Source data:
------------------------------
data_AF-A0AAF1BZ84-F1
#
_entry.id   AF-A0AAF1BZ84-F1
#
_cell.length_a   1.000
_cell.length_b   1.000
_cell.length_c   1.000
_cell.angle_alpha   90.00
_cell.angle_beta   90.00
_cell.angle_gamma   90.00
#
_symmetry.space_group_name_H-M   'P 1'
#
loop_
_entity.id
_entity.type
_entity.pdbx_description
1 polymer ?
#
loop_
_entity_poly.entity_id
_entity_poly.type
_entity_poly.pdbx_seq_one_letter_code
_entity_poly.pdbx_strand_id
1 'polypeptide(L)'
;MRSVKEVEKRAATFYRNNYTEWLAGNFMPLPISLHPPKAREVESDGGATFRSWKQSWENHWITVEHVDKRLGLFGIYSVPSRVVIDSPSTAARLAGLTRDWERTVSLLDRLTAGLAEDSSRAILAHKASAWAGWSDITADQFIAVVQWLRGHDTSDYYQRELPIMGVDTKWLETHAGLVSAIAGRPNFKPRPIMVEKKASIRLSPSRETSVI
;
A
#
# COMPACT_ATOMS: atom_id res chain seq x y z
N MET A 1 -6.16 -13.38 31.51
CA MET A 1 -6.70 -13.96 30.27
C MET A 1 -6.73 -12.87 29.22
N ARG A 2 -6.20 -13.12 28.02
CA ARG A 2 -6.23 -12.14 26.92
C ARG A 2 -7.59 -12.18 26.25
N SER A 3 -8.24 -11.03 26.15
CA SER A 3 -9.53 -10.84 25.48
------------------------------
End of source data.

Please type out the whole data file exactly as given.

data_AF-A0AAF1BZ84-F1
#
_entry.id   AF-A0AAF1BZ84-F1
#
_cell.length_a   1.000
_cell.length_b   1.000
_cell.length_c   1.000
_cell.angle_alpha   90.00
_cell.angle_beta   90.00
_cell.angle_gamma   90.00
#
_symmetry.space_group_name_H-M   'P 1'
#
loop_
_entity.id
_entity.type
_entity.pdbx_description
1 polymer ?
#
loop_
_entity_poly.entity_id
_entity_poly.type
_entity_poly.pdbx_seq_one_letter_code
_entity_poly.pdbx_strand_id
1 'polypeptide(L)'
;MRSVKEVEKRAATFYRNNYTEWLAGNFMPLPISLHPPKAREVESDGGATFRSWKQSWENHWITVEHVDKRLGLFGIYSVPSRVVIDSPSTAARLAGLTRDWERTVSLLDRLTAGLAEDSSRAILAHKASAWAGWSDITADQFIAVVQWLRGHDTSDYYQRELPIMGVDTKWLETHAGLVSAIAGRPNFKPRPIMVEKKASIRLSPSRETSVI
;
A
#
# COMPACT_ATOMS: atom_id res chain seq x y z
N MET A 1 -6.16 -13.38 31.51
CA MET A 1 -6.70 -13.96 30.27
C MET A 1 -6.73 -12.87 29.22
N ARG A 2 -6.20 -13.12 28.02
CA ARG A 2 -6.23 -12.14 26.92
C ARG A 2 -7.59 -12.18 26.25
N SER A 3 -8.24 -11.03 26.15
CA SER A 3 -9.53 -10.84 25.48